Indiana State Trooper Brian Hamilton is "Policing for Jesus."
Union County, IN -- In August 2014, Hamilton pulled over Ellen Bogan, 60, for allegedly making an illegal pass; a claim Bogan says is false.
Bogan was given a warning citation by trooper Hamilton and before he let her drive away he got a bit too personal.
Bogan, with the assistance of the ACLU has filed a lawsuit in federal court against Hamilton for proselytizing during a traffic stop.
According to the lawsuit, Hamilton began asking Bogan about her faith:
Did she have a home church?
Did she accept Jesus Christ as her savior?
Bogan answered yes to these questions because she wanted to terminate the conversation as soon as possible and she felt that she could could not say 'no' because of the situation.
Hamilton then handed Bogan a pamphlet for his church which asks the reader to "Acknowledge that she is a sinner." The pamphlet, which was also included in the lawsuit, advertises a radio broadcast from "Trooper Dan Jones" called "Policing for Jesus Ministries."
The lawsuit alleges that Hamilton violated Bogan's 1st and 4th Amendment rights when he questioned her about her religious background.
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Of course the officer does have his freedom of speech, but using his position of authority to proselytize during a traffic stop over steps his bounds.
"I'm not affiliated with any church. I don't go to church," Bogan said. "I felt compelled to say I did, just because I had a state trooper standing at the passenger-side window. It was just weird."
With the red and blue lights flashing and without being told she could go, this line of questioning made Bogan feel incredibly uncomfortable. The lawsuit states:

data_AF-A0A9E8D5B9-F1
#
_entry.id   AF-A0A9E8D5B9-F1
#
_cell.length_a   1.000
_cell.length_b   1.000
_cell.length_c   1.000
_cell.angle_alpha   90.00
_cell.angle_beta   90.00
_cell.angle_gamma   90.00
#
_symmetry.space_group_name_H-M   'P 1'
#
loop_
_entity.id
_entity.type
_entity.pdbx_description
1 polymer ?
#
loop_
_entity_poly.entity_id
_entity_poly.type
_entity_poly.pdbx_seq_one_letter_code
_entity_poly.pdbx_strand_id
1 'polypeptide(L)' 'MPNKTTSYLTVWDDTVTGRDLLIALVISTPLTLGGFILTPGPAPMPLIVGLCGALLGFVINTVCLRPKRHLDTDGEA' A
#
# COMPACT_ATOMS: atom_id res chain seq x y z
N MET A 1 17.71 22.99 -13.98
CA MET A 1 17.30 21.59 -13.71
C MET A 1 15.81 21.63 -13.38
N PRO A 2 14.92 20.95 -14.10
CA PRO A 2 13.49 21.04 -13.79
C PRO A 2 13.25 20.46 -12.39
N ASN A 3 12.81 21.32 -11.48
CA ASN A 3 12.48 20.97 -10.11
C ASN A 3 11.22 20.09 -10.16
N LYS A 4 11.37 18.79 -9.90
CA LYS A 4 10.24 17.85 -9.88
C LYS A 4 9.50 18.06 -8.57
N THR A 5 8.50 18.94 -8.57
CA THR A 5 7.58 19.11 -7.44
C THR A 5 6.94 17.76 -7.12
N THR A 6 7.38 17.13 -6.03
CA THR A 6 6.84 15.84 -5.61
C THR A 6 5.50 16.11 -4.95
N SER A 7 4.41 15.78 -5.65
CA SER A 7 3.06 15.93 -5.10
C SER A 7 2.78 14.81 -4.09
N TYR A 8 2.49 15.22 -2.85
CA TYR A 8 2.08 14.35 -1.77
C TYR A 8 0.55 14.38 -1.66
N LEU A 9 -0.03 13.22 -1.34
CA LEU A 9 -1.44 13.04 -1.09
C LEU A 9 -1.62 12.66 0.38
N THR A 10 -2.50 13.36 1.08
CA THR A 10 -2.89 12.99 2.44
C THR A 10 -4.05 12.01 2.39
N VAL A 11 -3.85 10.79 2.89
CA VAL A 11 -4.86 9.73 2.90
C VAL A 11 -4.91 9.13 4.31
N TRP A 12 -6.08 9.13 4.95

Given that the Trooper remained at her window talking to her with his police care behind her car with its lights flashing, Ms. Bogan did not believe that she could leave and a reasonable person would not have believed that they could leave.
Given all the circumstances, the proselytizing by Trooper Hamilton of Ms. Bogan was coercive.
According to the IndyStar, Bogan said she contacted the Indiana State Police afterward and requested a formal investigation, and was told later that the agency was "taking supervisory action." She said she was not told what that action was, however.
Micah Clark, executive director of the American Family Association of Indiana, told the IndyStar that although the traffic stop might not have been the best time to quiz someone about faith, he questioned whether a police officer should lose his right to free speech because he is wearing a badge.
"I have people pass out religious material all the time. Mormons come to my door all the time, and it doesn't offend me," Clark said. "(This case) might not be the most persuasive time to talk to someone about their faith, but I don't think that a police officer is prohibited from doing something like that."
One does not "lose their right to free speech" when they are blocked from proselytizing on the clock for their government job. Of course Mormons on bicycles do not "offend" Clark, as they are not armed with a pistol, baton, and taser and in a position to legally use deadly force against him.
Would Clark have been okay with the officer asking Bogan if she pledged her soul and accepted his great darkenss, Beelzebub, as her almighty ruler and supreme overlord? Probably not.
Here at the Free Thought Project we believe that the free expression and discussion of any and all ideas is the only way to actually achieve progress. However, it is no longer free expression when the authoritative nature of the state becomes involved. Bogan legitimately feared giving unfavorable responses to trooper Hamilton; there is nothing "free" about it.